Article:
A few months ago my wife pointed out that I have been able to teach myself practically anything with a dogged stubbornness and determination so it didn’t make much sense that I would run into something I’m not naturally inclined to do well and just throw up my hands and say “that’s not for me.”
While I’m used to being right basically all the time, I was wrong this time and she was right (I’m sure she will be happy to have that in writing).
Since that conversation I haven’t gotten worlds better at fixing things, but I’ve changed my mindset. I’ve taken responsibility. That little change has changed everything.
I did a little bit of troubleshooting on the web, applied what I know from watching contractors, put my boy in the car and we went to ACE hardware to get everything I needed to unfreeze my pipes.
Installing heat tape in my basement, insulating my pipes, and moving around space heaters may not sound like a monumental, Herculean feat if you are handy or mechanically inclined, but for me it was a triumphant re-birth. I’m now a man who when stuff goes wrong in my house, I just handle it. I may never build buildings, or redo an entire room in my house, but who knows at this point.
Now as a dog trainer, I understand that the people I work with may never be dog trainers nor will they ever want to be dog trainers. In fact, most people don’t think they have any time or bandwidth to devote to their owns dogs. Like how I thought about handy work, they think dogs aren’t “their thing” which means business is good for dog trainers. Just like plumbers, we make our money when people look at simple tasks as overwhelming.
You should see the looks I get when I tell people they need to walk their dogs twice a day for 45 minutes each. While this might seem like a big jump in time to what you are doing with your dog now, this is not a lot of time for your dog. After all, what are your dogs doing for the other 22.5 hours in the day? Sitting there? Waiting for the next walk? Watching you watch TV?
What I’ve learned is that when you have a house you have a responsibility to take care of it’s basic needs. You can’t call a professional all the time to change lightbulbs and your air filter and all the other basic things. Well – really wealthy people can, but I will also tell you that really wealthy people are often the people who struggle the most with dogs since they are so used to delegating and being masters of their one or two things. Remember, Cesar Millan got famous primarily because people like Oprah couldn’t control their dogs despite the fact that she was able to build a media empire. Likewise, even the best dog trainer in the world can’t make your life with your dog harmonious without you dedicating yourself to your dog at least just a little bit more.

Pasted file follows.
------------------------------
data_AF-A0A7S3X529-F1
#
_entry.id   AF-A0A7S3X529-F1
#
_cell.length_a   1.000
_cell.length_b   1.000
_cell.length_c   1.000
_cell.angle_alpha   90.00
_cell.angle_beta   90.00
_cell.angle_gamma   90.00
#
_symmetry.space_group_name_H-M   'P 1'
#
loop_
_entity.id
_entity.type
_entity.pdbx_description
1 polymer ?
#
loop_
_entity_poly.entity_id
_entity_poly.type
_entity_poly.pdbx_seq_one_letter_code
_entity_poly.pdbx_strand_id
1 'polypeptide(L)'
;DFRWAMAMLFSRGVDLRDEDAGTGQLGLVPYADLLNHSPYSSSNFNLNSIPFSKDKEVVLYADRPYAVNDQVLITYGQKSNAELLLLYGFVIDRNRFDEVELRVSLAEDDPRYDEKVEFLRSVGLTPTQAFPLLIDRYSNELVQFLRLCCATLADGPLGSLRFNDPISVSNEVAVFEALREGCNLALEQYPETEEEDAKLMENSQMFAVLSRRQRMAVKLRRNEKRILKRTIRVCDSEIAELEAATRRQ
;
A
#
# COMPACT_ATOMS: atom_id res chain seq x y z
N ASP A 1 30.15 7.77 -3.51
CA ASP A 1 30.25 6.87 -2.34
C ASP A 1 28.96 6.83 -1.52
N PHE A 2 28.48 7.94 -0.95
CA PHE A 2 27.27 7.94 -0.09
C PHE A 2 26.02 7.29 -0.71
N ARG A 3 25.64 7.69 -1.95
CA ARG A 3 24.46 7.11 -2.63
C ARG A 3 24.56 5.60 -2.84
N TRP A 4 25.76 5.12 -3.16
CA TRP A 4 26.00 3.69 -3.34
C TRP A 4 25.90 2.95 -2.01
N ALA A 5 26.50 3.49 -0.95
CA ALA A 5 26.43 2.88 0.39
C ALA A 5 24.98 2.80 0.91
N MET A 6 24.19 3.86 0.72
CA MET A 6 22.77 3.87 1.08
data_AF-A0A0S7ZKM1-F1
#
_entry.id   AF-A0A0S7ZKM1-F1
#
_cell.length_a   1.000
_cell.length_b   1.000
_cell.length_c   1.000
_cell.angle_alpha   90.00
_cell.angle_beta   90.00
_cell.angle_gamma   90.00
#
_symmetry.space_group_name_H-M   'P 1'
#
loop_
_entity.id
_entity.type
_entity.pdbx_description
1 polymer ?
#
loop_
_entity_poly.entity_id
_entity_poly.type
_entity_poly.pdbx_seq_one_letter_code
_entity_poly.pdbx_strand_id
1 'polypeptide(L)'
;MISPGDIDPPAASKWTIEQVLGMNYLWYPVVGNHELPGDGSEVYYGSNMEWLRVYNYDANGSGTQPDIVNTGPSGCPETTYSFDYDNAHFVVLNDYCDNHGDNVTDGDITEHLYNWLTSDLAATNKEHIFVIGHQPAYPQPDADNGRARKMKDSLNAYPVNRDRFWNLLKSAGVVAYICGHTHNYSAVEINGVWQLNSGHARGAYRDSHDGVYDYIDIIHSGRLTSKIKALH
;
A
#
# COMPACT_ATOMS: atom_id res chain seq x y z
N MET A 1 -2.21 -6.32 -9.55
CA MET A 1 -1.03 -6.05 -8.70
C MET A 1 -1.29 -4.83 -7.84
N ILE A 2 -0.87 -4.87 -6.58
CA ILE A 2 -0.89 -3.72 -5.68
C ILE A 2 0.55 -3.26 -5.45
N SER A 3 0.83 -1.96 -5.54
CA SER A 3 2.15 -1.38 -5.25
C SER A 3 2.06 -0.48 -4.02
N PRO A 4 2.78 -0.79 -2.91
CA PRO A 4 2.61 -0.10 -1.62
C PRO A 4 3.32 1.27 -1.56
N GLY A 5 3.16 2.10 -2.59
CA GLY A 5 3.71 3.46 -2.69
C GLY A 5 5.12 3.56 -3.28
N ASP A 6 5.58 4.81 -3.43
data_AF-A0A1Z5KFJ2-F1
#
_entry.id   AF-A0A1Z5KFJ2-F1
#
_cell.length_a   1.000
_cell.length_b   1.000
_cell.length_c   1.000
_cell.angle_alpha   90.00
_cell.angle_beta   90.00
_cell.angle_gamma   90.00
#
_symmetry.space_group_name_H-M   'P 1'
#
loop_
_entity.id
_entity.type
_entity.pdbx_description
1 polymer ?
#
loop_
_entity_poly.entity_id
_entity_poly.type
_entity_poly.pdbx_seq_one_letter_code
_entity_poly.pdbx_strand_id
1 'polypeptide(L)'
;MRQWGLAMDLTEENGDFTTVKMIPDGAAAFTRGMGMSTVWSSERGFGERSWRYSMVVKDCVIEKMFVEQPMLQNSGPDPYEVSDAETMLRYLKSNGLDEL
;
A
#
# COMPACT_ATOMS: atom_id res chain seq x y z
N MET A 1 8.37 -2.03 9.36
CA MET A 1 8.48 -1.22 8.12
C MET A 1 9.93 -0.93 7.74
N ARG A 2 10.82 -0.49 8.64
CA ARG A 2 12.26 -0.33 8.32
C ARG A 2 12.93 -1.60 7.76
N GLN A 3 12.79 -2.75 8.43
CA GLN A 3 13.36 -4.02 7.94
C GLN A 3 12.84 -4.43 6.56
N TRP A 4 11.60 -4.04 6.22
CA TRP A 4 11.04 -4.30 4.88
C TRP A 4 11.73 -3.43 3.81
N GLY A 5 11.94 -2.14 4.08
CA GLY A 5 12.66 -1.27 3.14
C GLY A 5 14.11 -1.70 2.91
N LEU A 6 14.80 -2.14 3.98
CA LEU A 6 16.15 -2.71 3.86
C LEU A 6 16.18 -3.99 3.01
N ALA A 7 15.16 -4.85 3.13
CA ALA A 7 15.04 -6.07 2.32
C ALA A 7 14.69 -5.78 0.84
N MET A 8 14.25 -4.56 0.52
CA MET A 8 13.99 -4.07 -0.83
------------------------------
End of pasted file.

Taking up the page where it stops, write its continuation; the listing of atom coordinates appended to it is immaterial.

The other, perhaps more important thing I’ve learned rom this self-challenge, is that merely improving at something you weren’t good at is a feeling that’s hard to buy. While our society rewards those with a singular purpose – after all, if you know anything about people who are extremely wealthy or successful in their field, they’ve often dedicated every waking moment of their life to that thing even if that means leaving their dogs behind (and maybe their wives, children, friendships etc.) - there is nothing more empowering than taking it upon yourself to get a little bit better at something you thought you were incapable of doing or shore up an area where you are weak. Especially if it’s your dog and you’re it’s only hope to be happy! And trust me: your first perfect walk with your dog will feel like flying.
Don’t get me wrong – there’s a time to work with experts. But if you hire me to work with your dog, absorb everything you can from working with me. If you hire a plumber to fix your toilet, watch what they do so maybe you don’t have to call them next time the same problem happens. Ask questions. This is how you get a little bit better at something that might not be “your thing” naturally.
So take an honest look at you and your dog. Are you taking ownership of his well-being? Are you doing your best to raise him to be a mature, successful dog? If you are, as many of my readers are, then great! If not, what changes can you make today to start feeling progress and the sense of accomplishment I felt when I thawed my pipes?
Remember, if you want your dog to get better, the best way is for YOU to get better with your dog.
If you and your dog are already perfect, you can always try home handy work!